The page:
My apologies. This tribute to Om Puri is so late now that perhaps it’s already time for him to be reborn! But do read for legends never die and it’s never too late to write about them…
That pockmarked face with blazing eyes had dared to dream of becoming an actor in an industry that ran on star power and “face value”, and Om Puri had neither.
Naseeruddin Shah, his friend of 40 years since their NSD days, recalled in a television interview how their co-star in several parallel films, Shabana Azmi, had looked at an old photo of the two friends and had jokingly commented: How could such ugly men even think of becoming actors!
Indeed. How could they?
The answer was beautifully captured in an ad on Doordarshan in the late eighties or perhaps early Nineties. One vaguely remembers it was an ad for a scooter and went something like this:
Om: Log kahte thhe tum actor nahi ban sakte…lekin mujhe apni kabiliat par pura bharosa tha…
Technician: Sir, shot ready hai
Om: Dekha? Ab sir kahte hain!
Om Puri carried the aspirations of the Average Joes of an entire generation on his shoulders and this ad tried to cash in on the success of this man, who was making waves in an industry that valued an actor’s looks more than his or her acting skills. His success was an inspiration not only to struggling actors but people in general.
He did not even have the advantages that his friend Naseer had — “charm and impeccable English” as Om himself had put it in an interview.
But what he had was confidence — as he says in that ad — in his ability as an actor. The ability to transform himself on stage or in front a camera to be the characters we came to love over the years.
From the angry cop in Ardha Satya to the likeable buffoon in Hera Pheri, from the rickshawala in City of Joy to George in East is East, Om Puri has left his footprints in English films as much as the parallel cinema movement of the 70s and 80s and of course regular Bollywood fare.
But those who knew him closely say his global fame sat lightly on him, to the extent that he appeared quite oblivious of his colossal status in the world of cinema. He was proud of his work but had no airs about him — an uncomplicated, emotional and down-to-earth Punjabi man who had his own flaws like any human being.
The son of a railway man, he is known to have washed dishes at a tea stall and scrounged around for pieces of coal fallen from steam engines on the tracks to help run his family’s kitchen fire. Such humble beginings kept him rooted and helped him effortlessly portray those raw emotions on screen that left us spellbound.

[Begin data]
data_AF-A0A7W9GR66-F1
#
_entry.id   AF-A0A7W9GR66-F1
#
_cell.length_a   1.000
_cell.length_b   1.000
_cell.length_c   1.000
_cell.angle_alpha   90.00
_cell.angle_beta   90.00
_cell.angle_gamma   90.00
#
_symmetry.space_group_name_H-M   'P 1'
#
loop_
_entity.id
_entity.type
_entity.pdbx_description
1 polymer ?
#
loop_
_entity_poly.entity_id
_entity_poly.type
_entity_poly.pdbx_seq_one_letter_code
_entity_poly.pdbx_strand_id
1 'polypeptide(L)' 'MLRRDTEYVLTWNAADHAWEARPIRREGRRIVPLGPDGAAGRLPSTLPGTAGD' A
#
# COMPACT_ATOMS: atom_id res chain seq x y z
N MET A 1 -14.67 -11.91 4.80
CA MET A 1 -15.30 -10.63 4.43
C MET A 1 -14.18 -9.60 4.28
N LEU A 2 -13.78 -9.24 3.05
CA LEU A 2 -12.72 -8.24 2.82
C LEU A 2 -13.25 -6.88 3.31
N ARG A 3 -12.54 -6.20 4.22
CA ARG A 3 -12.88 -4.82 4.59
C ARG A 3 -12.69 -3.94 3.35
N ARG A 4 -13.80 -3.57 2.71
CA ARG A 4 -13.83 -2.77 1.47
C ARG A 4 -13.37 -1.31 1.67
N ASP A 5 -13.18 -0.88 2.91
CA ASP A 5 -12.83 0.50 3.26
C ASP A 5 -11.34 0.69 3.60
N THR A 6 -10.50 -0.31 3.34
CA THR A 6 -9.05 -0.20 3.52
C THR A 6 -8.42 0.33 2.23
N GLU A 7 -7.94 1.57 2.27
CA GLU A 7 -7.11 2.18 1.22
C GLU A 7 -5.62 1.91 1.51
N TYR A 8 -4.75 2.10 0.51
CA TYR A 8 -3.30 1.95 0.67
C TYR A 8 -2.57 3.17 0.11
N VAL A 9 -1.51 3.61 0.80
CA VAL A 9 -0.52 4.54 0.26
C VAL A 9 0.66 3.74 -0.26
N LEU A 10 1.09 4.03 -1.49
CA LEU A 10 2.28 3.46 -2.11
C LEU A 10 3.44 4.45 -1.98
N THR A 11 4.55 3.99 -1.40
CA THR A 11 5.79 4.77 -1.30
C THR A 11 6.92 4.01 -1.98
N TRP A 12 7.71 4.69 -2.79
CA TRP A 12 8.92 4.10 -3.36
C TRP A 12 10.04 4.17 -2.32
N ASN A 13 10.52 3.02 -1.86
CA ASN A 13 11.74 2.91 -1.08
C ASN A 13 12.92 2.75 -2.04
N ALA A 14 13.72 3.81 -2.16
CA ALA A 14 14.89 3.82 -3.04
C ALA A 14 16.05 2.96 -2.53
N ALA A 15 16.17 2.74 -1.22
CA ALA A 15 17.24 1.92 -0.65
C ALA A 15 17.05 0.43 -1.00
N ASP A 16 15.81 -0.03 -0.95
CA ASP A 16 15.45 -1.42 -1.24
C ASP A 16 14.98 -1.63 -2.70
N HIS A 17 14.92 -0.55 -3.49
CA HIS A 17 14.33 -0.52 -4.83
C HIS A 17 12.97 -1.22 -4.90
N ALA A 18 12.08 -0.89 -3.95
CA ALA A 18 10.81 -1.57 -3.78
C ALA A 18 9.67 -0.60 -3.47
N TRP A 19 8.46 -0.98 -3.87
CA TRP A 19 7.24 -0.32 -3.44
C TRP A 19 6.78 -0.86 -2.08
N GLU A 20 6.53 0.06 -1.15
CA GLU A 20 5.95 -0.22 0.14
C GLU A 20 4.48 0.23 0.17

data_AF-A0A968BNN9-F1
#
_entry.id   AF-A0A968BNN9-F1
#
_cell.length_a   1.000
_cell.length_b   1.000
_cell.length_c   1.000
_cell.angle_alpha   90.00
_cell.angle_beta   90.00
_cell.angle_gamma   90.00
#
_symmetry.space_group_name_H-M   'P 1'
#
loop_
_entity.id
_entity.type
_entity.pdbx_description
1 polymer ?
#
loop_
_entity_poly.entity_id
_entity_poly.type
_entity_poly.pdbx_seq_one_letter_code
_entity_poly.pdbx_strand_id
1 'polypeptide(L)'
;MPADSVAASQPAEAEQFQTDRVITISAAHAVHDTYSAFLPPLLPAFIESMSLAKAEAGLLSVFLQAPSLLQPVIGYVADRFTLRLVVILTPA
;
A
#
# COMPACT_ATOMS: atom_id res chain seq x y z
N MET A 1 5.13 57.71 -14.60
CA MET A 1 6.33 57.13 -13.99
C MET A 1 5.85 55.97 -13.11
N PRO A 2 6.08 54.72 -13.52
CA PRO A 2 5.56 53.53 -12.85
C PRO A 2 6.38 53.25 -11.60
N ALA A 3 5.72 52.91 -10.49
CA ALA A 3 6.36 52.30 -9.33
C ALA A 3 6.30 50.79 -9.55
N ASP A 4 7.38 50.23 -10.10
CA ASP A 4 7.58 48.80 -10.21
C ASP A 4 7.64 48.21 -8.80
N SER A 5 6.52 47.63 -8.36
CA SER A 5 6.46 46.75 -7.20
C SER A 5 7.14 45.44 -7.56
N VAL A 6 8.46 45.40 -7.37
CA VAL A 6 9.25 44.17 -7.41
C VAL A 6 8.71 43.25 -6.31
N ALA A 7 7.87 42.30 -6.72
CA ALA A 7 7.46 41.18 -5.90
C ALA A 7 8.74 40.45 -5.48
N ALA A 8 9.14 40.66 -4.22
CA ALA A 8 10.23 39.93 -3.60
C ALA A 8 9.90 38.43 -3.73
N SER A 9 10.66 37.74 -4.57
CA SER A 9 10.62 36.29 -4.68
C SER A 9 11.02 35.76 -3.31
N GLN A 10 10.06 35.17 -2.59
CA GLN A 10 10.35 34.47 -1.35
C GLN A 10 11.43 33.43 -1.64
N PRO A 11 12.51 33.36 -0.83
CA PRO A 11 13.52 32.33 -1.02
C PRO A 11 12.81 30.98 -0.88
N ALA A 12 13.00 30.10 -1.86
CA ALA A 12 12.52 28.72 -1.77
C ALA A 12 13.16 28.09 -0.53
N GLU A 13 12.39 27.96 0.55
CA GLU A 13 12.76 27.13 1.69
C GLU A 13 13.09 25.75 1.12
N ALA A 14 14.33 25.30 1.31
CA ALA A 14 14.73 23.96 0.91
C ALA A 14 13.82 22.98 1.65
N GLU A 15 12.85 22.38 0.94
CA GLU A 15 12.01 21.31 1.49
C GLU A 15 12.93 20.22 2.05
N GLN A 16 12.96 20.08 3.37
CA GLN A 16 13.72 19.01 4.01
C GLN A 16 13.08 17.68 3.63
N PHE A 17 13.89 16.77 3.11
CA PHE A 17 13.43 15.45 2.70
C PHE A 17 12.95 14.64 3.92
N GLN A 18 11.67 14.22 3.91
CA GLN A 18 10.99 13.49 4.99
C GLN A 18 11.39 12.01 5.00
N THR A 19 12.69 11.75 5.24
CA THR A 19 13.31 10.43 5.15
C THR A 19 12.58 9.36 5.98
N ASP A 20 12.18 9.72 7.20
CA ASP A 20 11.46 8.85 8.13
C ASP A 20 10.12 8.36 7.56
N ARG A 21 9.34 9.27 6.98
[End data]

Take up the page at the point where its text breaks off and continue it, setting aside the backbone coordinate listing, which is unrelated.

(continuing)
In Satyajit Ray’s TV film Sadgati based on a Premchand short story, Puri’s silent portrayal of the untouchable Dukhia’s pain, suffering and his impotent rage at being exploited by the Brahmin remains etched in one’s memory and so is Ardha Satya’s angry cop Anant Velenkar’s fury when he mercilessly beats up a thief in lockup while the audience sees through Anant’s eyes that he is thrashing his own demons.
But Om Puri was not just about raw emotions, he could also make you laugh. Slapstick comedy came as naturally to him as any of his serious roles and he did it better than those who were known for such roles.
Recall Ahuja in Kundan Shah’s Jaane Bhi Do Yaaron in that epic stage sequence where he enters in Bheem’s costume still wearing his goggles. “Oye baat to maine apne baap ki nai suni tu cheez kya hai?,” Ahuja deadpans when asked by Arjun, “Bheem kya tum bhratha Yudhisthir ki baat nahi sunoge?”
A crooked Punjabi businessman, who loves his tipple, played to the hilt by a Punjabi bloke who loved his booze. Recall another legendary scene where a drunk Ahuja thinks the dead civic official D’Mello’s (played dead in the entire movie by Satish Shah) coffin is a sports car! Om lifts this over-the-top slapstick sequence to another level, making us believe that Ahuja was indeed capable of such stupidity.
That was 1983. His knack for comedy remained largely unutilised– barring that memorable DD satirical series Kakka Ji Kahin where he plays a political fixer– till we get to see him in a string of comedies such as Hera Pheri and Golmaal.
The versatility of Om Puri’s craft is matchless, even his legendary college buddy Naseer doesn’t come close. And we haven’t even touched the body of his work in international films, which is for a later post.
Om Puri was born to be an actor. Like Naseer says in one of his interviews that Om credits me with bringing him into films, but the fact is: “Om jahan bhi hota Govind Nihlani usse zameen khod kar nikaal lata.”